Deep scriptblock logging: Record PowerShell commands in the event log

As a powerful tool, PowerShell is not only of interest for admins but also for hackers. To detect suspicious activities, it is helpful to have all executed commands recorded. In addition to recording the history in a text file, PowerShell has also supported logging in the event log since version 5.

PowerShell v5 included several innovations in logging. It extended the older method, the so-called "over-the-shoulder transcription," to all PS hosts, including ISE, and hence was no longer limited to the command line. Furthermore, this feature can now also be activated via group policies.

Logging the actual commands ^

The recording of all commands in a text file has been complemented by the so-called deep scriptblock logging. It not only uses the Windows event log instead of a text file, but also records all commands exactly as executed by PowerShell. This way, malicious activity does not easily go unnoticed.

This applies, for example, to the use of dynamic code generation, where commands are stored in a variable and then executed with the help of Invoke-Expression. The feature also reveals attempts to hide command sequences by encoding them using Base64.

Activation only via GPO ^

While transcriptions can also be explicitly turned on and off using the Start-Transcript and Stop-Transcript cmdlets, you can enable script block logging only by using GPOs or by setting the appropriate registry key directly. Therefore, there is still a need for the older method, such as recording the output in your own scripts.

Group policy to enable deep scriptblock logging

Group policy to enable deep scriptblock logging

The relevant GPO setting is called Turn on PowerShell Script Block Logging and can be found under Policies > Administrative Templates > Windows Components > Windows PowerShell. If you configure it under Computer and User Configuration, the former setting prevails.

If you select the option for start/stop, then you should expect a considerably higher data volume because markers for the start and stop of all events will be written to the log.

Preparing the event log ^

While you prepare the logging in text files by creating a directory on a file share and assigning the necessary access rights, different preparatory work is required for the newer logging.

Start by changing the maximum size of the event log from the default of 20 MB to a significantly higher value. This is required for two reasons: First, depending on the configuration of the logging feature, a relatively large amount of data is accumulated. Second, attackers should not be able to simply cover their tracks by filling up the log relatively quickly with unsuspicious entries.

Since the evaluation of the logs is left either to scripts developed for this purpose or to SIEM tools, the recorded events are needed at a central location. For this purpose, forward the entries written by PowerShell to a computer in the network.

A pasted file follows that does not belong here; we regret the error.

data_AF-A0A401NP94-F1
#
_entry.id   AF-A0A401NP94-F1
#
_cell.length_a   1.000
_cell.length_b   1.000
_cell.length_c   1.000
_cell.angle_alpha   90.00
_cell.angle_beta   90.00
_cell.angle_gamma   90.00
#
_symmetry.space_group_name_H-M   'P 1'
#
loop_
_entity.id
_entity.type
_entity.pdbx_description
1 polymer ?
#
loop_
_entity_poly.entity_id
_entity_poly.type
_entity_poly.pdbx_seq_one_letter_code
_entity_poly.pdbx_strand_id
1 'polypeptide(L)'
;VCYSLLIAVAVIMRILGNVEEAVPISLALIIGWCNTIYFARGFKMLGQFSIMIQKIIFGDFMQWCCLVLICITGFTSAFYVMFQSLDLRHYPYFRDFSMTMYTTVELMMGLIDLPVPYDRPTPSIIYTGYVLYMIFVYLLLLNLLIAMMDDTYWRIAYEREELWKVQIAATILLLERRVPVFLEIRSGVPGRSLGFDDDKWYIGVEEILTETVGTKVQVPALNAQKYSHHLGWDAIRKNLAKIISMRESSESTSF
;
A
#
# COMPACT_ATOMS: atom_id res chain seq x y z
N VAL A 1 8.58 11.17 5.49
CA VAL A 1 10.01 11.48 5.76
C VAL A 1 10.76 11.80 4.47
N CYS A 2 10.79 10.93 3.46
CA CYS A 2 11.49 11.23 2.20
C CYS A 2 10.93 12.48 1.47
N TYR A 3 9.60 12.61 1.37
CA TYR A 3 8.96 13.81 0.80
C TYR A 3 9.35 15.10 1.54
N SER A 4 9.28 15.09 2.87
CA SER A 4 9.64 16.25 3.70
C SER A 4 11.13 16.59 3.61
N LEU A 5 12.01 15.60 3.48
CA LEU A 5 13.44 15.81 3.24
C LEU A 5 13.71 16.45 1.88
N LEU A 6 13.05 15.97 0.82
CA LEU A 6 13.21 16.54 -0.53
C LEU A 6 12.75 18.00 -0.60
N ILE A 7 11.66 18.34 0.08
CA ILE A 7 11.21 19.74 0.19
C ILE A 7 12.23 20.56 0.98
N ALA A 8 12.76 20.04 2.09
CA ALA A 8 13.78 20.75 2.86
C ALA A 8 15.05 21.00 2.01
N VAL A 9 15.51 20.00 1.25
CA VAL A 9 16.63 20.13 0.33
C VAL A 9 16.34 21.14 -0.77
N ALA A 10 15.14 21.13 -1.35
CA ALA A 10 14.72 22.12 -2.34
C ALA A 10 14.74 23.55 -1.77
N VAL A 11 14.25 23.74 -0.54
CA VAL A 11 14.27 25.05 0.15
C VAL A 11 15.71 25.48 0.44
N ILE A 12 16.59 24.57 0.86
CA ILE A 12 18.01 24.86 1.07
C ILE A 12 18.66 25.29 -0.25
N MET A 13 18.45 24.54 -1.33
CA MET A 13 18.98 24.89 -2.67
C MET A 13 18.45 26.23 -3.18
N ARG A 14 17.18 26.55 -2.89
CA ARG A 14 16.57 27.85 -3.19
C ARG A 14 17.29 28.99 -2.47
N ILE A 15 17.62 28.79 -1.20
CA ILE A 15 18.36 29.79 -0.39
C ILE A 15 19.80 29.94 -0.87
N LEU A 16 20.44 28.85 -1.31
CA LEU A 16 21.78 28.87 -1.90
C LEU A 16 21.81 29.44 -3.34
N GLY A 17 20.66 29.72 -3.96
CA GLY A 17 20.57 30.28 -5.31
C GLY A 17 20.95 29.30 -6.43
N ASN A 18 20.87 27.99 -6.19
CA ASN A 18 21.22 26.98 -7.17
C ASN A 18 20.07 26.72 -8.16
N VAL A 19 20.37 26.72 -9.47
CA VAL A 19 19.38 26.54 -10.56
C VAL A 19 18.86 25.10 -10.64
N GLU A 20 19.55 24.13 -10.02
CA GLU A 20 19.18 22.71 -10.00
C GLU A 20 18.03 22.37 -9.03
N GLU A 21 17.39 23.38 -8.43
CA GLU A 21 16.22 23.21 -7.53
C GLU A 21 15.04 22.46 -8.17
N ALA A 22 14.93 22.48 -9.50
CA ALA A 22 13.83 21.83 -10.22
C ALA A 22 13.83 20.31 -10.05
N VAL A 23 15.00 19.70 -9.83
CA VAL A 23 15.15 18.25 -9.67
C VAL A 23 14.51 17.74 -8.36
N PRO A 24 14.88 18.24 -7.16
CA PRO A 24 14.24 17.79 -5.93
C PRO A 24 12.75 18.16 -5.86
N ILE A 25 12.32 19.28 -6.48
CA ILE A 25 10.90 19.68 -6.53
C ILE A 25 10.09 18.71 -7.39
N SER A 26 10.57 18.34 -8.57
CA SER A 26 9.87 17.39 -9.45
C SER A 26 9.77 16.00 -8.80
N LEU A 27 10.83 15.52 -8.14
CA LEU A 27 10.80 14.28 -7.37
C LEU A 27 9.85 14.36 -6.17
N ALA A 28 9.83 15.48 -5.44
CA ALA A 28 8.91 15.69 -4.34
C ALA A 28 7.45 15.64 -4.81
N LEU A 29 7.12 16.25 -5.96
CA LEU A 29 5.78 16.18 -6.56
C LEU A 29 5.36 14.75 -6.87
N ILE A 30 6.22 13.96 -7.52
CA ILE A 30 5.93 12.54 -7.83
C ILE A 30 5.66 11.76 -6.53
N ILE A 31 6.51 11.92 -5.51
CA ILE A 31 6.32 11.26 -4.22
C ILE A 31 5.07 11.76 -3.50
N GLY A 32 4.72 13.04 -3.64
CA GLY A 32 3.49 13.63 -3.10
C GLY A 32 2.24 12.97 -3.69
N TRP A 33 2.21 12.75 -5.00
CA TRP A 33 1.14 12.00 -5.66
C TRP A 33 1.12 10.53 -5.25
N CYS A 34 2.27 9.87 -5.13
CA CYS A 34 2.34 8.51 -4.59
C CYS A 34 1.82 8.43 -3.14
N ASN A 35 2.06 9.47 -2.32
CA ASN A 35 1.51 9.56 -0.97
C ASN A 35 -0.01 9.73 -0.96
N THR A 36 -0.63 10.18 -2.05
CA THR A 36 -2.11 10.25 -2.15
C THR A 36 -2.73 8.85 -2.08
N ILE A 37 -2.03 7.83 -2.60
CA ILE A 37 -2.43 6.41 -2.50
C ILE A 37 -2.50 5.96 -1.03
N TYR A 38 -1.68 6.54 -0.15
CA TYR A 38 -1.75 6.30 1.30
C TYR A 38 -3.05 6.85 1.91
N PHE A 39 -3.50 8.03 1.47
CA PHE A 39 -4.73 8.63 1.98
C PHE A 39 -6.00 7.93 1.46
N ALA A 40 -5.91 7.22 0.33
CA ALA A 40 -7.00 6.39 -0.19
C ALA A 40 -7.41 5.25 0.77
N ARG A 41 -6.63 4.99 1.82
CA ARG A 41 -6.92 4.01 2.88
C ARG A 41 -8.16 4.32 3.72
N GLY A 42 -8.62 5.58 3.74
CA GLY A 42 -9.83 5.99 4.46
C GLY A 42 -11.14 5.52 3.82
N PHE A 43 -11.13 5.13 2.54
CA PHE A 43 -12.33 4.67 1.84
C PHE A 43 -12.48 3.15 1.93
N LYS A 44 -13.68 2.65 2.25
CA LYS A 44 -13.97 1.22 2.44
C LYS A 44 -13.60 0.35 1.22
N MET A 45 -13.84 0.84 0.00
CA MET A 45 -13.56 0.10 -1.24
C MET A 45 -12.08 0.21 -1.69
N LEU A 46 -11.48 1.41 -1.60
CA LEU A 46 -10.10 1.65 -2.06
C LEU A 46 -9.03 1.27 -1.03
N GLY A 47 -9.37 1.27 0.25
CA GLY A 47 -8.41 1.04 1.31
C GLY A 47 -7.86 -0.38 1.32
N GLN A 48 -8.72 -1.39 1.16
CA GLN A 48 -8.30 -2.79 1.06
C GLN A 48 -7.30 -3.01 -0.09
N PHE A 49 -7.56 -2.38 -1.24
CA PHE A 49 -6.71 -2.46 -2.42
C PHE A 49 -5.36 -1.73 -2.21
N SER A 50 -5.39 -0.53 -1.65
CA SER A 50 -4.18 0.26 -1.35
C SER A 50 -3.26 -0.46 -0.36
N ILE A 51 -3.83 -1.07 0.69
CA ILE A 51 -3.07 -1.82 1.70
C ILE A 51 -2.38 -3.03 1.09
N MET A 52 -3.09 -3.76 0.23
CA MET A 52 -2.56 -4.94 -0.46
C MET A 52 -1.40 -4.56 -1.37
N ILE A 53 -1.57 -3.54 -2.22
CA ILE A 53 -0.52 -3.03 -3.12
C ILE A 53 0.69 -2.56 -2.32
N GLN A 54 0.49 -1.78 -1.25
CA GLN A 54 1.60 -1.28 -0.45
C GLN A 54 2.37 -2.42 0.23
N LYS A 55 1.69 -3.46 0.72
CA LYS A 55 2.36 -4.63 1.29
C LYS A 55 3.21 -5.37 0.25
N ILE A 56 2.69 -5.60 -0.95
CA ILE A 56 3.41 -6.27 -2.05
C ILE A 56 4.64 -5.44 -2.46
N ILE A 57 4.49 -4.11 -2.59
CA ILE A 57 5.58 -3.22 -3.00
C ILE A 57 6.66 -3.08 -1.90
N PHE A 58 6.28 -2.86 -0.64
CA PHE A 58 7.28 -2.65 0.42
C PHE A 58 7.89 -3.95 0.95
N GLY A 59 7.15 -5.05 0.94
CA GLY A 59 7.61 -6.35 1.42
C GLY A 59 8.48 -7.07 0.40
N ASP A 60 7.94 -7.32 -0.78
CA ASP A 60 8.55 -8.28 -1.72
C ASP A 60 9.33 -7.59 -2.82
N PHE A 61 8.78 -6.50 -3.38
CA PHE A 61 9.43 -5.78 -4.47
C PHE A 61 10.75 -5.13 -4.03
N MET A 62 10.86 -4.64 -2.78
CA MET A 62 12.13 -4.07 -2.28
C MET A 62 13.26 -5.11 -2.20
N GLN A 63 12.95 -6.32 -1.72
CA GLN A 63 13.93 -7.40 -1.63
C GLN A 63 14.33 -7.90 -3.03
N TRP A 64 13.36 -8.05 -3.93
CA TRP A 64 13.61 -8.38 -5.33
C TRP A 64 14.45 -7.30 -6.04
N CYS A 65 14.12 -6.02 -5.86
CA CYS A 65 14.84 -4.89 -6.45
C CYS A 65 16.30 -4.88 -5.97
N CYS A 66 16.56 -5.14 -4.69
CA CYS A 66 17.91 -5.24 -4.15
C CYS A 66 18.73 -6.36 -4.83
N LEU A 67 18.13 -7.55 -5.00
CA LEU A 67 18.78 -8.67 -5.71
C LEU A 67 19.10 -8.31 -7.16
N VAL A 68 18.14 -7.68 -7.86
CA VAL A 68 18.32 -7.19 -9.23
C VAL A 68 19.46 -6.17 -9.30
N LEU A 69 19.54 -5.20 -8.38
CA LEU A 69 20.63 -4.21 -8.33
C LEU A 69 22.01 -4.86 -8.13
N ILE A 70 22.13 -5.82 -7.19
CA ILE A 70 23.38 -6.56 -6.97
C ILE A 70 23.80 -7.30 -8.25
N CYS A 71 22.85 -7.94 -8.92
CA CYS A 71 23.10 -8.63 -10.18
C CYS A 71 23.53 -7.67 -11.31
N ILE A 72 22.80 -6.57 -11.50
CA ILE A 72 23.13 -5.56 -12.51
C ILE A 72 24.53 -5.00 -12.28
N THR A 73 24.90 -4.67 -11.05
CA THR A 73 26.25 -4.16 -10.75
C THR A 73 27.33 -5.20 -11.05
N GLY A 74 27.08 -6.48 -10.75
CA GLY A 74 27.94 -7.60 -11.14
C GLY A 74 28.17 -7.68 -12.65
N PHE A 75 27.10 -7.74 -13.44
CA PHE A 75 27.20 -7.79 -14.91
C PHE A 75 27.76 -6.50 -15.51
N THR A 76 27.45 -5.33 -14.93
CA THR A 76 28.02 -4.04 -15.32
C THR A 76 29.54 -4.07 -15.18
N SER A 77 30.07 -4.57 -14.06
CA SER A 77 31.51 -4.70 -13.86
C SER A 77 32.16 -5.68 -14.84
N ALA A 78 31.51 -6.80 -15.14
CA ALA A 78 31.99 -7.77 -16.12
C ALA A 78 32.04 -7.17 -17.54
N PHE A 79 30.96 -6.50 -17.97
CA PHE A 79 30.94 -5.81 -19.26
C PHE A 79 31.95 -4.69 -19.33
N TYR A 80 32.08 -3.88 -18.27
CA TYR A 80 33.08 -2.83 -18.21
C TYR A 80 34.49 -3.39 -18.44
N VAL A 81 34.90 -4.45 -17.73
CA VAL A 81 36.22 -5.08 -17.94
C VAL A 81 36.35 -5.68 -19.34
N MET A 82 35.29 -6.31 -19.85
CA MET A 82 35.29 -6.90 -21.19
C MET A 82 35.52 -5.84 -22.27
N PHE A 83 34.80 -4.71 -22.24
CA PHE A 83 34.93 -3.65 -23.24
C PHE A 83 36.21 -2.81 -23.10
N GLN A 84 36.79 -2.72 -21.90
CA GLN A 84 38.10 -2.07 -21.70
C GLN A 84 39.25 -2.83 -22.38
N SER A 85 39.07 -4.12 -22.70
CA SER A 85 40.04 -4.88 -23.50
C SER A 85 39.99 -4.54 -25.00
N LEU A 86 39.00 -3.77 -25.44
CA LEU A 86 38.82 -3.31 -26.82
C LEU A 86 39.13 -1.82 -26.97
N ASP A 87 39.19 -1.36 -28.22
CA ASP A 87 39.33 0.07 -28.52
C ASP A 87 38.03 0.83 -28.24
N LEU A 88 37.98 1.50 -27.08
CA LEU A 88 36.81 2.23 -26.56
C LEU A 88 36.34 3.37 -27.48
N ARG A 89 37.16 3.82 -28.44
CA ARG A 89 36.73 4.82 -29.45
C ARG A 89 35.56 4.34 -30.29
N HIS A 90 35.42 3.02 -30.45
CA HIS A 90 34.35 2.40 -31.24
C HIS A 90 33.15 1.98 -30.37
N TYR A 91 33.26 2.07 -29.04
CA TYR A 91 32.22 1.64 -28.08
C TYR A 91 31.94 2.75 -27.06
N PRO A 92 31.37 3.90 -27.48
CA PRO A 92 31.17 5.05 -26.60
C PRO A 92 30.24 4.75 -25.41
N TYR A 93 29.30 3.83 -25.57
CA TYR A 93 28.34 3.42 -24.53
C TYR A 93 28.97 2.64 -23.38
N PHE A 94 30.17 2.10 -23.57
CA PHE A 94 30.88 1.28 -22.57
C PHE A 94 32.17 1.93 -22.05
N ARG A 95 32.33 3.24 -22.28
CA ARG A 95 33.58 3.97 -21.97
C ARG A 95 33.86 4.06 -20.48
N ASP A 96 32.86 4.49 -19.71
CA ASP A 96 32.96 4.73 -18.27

The logging is done under PowerShell/Operational

The logging is done under PowerShell/Operational

Event IDs ^

The logging takes place in the application log under Microsoft > Windows > PowerShell > Operational, and the commands are recorded under event ID 4104. If you also record start and stop events, these appear under the IDs 4105 and 4106.

Custom filter in the event viewer for recorded script blocks

Custom filter in the event viewer for recorded script blocks

If you want to set up a user-defined filter for the recorded commands in the event viewer, activate as source

  • PowerShell (Microsoft-Windows-PowerShell),
  • PowerShell (PowerShell)
  • PowerShellCore

In addition, select Warning as the event type and enter 4104 as the ID.

Merging command sequences ^

While transcripts can write their data to a text file with virtually no limits, the script block field in the event log limits the length of the record. Therefore, longer scripts are split up and span several entries.

On Microsoft Docs, there is a template for a PowerShell script that can be used to reassemble the log fragments. If for example you want to string together all recordings for a process with ID 6524, then you could proceed as follows:

Script block logging for PowerShell Core ^

As with transcripts, group policy enables logging of script blocks only for Windows PowerShell. It has no effect on PowerShell Core 6.x and its successor, PowerShell 7.

If you want to record the commands for version 6.x in the event log, you have to set the registry key yourself. To do this, create the ScriptBlockLogging key under

HKLM\SOFTWARE\Policies\Microsoft\PowerShellCore

and assign the value 1 to EnableScriptBlockLogging. The following instructions in a .reg file will accomplish this task:

PowerShell 7, on the other hand, includes its own ADMX template, which you can copy to %systemroot%\policydefinitions or to the central store. It contains all the settings known from PowerShell 5, including those for scriptblock logging.

Group policy settings for PowerShell 7

Group policy settings for PowerShell 7

Finally, it should be noted that the log entries for PowerShell Core are located directly under the Applications and Services logs. The event IDs for logging are the same as for Windows PowerShell.

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